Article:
Manuscripts/Mixed Material Interview with James Moceri
I was talking earlier about people I sent to the States. I sent another journalist, a young man named Lepri, to the United States on a Leader grant. Ten years later he was made the head of ANSA, the Italian news agency.
Well, this happened, you know, with many of the people I recommended for either Fulbright grants or Leader grants; people who in the years after I left Italy carved out a position of prominence for themselves in Italian affairs, even on the national level. Obviously, it meant that I felt very deeply about the importance of this kind of grantee-type program and a very strong sense of responsibility for selecting people who had the kind of substance that could lead to important positions in Italian life.
1955: Moceri Becomes Acting PAO for Italy For About Three Months
In 1955, I got a call from Ned Nordness in Rome, by then our Public Affairs Officer in Rome, to come down to Rome and act in his place. He had suffered an injury. So I went down to Rome and became acting country public affairs officer for about three months.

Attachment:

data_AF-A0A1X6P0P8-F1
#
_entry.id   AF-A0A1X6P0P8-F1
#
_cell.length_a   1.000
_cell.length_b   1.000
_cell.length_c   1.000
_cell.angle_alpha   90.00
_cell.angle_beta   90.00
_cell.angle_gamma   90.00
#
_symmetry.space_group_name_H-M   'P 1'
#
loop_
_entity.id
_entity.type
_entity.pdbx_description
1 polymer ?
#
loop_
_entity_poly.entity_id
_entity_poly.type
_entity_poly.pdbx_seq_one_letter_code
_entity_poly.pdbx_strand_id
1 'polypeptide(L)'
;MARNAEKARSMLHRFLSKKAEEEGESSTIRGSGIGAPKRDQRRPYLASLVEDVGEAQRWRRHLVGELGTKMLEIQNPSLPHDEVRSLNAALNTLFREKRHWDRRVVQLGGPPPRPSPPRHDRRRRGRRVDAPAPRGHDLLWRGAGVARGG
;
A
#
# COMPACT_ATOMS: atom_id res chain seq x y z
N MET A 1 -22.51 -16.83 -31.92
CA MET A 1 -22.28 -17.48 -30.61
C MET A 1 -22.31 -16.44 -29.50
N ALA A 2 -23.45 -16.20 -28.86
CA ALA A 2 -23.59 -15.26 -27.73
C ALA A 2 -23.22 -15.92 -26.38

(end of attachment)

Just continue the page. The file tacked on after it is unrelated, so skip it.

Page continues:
Q: And what date was this?
MOCERI: This was the summer of '55. Ned was hospitalized and then decided to take some leave until he had fully recovered. So for three months I was in charge of the Italian program—a difficult time, faced as I was with the problem of submitting the annual report and a country budget, to mention only two major items. I'd never dealt with a country budget before. Moreover, there was no deputy country PAO and I also had to assume the responsibilities of chief information officer—yet another vacancy at the top of the country program.
I think the thing that astonished me most in Rome was lack of coordination among the various officers of USIS Rome. They had country responsibilities and also local responsibilities. And messages would go out with little or no coordination. So I set up, for myself, a procedure for reviewing absolutely all outgoing correspondence before it left our offices. And I'd send notes to people, saying in effect, “Look, why didn't you check with your colleague across the hall?”
I was appalled. I couldn't understand this sort of thing. The press section never talked to the people in the cultural section, and vice versa. Or one officer to another officer.
Q: Did you have any—as director—staff meetings?